6 Nov 2016

Husky Loops: A Chat With London-via-Italy's Post-Punk Experimentalists

Husky Loops are a post-punk band that are fast becoming London's most exciting prospect. Last month they turned heads with their newest track Fighting Myself, which combined thundering post-punk with industrial darkness. Their sound draws parallels to everyone you might want beamed into your ears; think a more accessible This Heat, a more immediate Modern English, a Joy Division capable of turning internal turmoil into sonic thunderstorm. It's hard to pin down the band's sound, but where utopia meets dystopia; where discord meets melody; where pain meets beauty; that's Husky Loops.

A three piece of Italian musicians who've come to the gloomy city of London to further their musical ventures, Husky Loops are everything you've been craving. Noisy and dangerous, but danceable and musically interesting, they're everything we need right now. Fascinated by their first couple of singles, I sent a few questions in the way of their frontman Danio, about everything and anything that crossed my mind.
Hiya Danio, could you tell me about the beginnings of the band? How long have you been playing together?
We started jamming together with a band idea in mind 3 years ago. Husky Loops is 2 years old. It’s a big chubby baby.

You're Italians living in London; do you feel this gives you a different outlook on the city to most London bands? 
Being Italian musicians in London means complaining about the quality of the food in the rider. Sort it out, UK. It’s not hard to cook. It’s 2016. Please.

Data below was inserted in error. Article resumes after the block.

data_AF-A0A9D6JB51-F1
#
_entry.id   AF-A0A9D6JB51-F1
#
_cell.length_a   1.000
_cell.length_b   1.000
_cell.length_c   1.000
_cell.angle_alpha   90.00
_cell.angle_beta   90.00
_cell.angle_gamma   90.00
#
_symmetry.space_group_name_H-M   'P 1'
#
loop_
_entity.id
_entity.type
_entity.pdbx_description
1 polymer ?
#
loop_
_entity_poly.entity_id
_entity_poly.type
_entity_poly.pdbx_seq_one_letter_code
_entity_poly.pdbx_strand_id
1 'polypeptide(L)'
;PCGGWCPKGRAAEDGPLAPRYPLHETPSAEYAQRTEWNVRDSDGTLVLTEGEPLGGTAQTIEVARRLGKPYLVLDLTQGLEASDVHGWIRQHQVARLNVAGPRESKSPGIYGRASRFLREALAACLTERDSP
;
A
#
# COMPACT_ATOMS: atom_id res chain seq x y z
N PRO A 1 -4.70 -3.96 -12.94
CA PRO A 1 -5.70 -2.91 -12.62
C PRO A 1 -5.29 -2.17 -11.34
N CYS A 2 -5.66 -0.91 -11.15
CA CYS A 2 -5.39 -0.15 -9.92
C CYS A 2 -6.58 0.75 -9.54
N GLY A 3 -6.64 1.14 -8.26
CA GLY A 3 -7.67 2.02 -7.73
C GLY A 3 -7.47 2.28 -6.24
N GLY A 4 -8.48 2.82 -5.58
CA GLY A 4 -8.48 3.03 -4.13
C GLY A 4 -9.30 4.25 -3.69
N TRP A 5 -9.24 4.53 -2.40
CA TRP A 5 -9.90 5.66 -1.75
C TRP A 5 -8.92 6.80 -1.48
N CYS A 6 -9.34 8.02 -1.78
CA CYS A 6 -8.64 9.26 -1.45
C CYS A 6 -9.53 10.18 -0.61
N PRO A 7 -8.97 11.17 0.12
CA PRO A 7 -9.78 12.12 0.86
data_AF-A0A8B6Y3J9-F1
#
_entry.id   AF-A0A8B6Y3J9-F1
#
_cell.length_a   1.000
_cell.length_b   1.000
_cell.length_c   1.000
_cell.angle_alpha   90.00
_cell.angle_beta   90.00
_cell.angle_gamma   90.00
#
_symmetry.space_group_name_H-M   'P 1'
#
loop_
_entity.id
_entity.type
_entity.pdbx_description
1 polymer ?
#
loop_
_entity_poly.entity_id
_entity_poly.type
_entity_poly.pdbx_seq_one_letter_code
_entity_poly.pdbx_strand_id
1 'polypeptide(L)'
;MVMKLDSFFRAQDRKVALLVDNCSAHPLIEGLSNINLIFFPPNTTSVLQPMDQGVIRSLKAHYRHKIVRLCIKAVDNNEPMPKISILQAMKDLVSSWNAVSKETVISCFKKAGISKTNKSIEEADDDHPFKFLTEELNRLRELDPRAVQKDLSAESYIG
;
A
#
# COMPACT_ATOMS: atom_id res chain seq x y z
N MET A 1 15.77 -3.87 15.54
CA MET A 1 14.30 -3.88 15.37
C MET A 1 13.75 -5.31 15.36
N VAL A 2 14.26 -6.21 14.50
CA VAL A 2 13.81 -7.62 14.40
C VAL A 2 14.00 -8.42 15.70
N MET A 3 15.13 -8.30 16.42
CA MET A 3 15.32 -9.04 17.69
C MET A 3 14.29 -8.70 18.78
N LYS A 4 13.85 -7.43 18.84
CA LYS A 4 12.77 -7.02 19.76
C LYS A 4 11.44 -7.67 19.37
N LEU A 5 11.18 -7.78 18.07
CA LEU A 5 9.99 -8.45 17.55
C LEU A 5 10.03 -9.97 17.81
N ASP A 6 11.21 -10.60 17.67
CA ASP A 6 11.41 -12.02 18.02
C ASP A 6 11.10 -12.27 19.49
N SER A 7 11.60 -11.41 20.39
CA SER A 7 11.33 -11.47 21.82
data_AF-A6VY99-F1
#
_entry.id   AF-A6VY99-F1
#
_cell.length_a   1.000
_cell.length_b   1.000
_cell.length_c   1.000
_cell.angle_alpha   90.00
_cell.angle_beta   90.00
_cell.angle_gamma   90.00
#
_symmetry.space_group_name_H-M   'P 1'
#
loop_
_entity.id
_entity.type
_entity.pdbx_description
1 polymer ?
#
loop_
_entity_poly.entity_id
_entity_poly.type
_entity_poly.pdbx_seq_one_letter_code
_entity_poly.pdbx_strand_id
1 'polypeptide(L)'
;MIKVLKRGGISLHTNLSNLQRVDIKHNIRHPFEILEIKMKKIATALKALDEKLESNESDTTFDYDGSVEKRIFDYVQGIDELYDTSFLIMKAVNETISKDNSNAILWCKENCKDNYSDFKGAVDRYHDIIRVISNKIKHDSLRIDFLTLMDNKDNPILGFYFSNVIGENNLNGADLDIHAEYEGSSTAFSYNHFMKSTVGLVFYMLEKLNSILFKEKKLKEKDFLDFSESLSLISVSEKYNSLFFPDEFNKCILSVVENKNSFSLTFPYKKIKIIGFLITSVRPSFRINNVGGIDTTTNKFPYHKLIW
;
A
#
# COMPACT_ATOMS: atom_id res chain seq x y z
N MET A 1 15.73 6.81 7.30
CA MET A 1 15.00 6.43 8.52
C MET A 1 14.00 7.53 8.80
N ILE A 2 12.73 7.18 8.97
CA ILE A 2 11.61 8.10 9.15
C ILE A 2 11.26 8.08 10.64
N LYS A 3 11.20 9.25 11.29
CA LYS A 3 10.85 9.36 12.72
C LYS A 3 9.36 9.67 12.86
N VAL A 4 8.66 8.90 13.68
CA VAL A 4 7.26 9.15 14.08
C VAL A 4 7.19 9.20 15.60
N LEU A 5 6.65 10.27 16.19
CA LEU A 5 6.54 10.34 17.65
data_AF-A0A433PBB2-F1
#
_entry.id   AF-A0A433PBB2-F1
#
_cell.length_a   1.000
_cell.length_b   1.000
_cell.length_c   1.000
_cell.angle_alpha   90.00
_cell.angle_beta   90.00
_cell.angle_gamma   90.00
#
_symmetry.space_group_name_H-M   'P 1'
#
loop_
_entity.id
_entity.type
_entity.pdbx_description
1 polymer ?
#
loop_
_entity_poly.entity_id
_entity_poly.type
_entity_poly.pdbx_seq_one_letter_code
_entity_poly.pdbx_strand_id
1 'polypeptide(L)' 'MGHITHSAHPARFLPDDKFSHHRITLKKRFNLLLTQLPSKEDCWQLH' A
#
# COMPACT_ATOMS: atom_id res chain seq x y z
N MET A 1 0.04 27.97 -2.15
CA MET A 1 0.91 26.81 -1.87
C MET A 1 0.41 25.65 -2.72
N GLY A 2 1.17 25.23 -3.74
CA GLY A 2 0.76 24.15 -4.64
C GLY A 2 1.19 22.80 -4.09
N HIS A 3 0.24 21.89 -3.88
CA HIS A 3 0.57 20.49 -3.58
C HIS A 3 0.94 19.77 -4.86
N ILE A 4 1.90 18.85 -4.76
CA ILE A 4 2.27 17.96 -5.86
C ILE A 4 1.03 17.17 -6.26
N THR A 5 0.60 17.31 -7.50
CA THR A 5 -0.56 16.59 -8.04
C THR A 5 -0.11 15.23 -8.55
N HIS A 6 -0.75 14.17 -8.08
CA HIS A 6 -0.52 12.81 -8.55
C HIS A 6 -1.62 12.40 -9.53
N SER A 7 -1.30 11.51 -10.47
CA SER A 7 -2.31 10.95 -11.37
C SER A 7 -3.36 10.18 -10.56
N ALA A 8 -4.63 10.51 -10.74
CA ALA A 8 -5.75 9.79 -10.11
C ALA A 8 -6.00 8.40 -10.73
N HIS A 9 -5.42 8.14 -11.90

What's it like to be an upcoming band in the city?
Being an upcoming band in London is tough, there are a lot of bands, the city is very expensive, but it’s fun and we like the challenge. Being in a band in general is hard. It’s great, but it’s like living in a marriage.

What's the track Fighting Myself about? It sounds very claustrophobic and urban
Like many of our songs “Fighting Myself” doesn’t really have one single meaning, when I write lyrics I have a lot of things going on in my head, I think it’s up to the listener to interpret the song.
I personally feel it’s about struggle, anxiety, laziness and the irony behind everyday simple actions.

Your arrangements are quite unconventional for a guitar band. How do you think this adds to the music?
Thank you for saying that, I take it as a compliment. I don’t personally think our arrangements are unconventional, or at least we don’t force ourselves to make them unconventional. We just create the music we want to listen to. We translate our ideas on our instruments, the music you hear is performed by the three of us playing live in a room, it’s quite simple really.

I think too many guitar bands feel like they’re just guitar bands. The term “guitar band" automatically sets so many restrictions, you end up playing like 50 other artists and you start arranging your songs in a certain way.

I feel like “rock music” - if this is what we want to call it - should be way more imaginative. There is so much you can do with a guitar and a drum kit still, and you can be creative in so many different ways. Rock music should be about innovation and change, it should sound fresh and inspiring. This is what the great guitar bands of the past did to me; they made me feel artistically free and great. There is no change in playing the same thing over and over again, right?

Are there any bands from your native Italy you think we should know about?
Speaking for myself, I think everyone should know about Lucio Battisti. his voice is just so unique, he's an amazing songwriter. Anima Latina by Lucio, that is probably my favorite album of the 70s right now. Tommaso and Pietro would probably tell you to listen to Calibro 35, Goblin and Gaznevada. Come to mine and we can have a deep chat about Italian music some time. It will be us, a bottle of wine and a record player.

What other music are you really enjoying at the moment?
Hip-hop, I’m obsessed by rhythms and groove. To me all the best stuff is coming from the hip hop world right now, unfortunately I can’t find something as interesting as hip hop in the bands scenario. I feel positive though!

Off the top of your head, 10 favorite records you love.
I can give you one that's worth 10: Pet Sounds.

Husky Loops play The Great Escape First 50, November 24 at Kamio, Shoreditch.

(Words: Cal Cashin)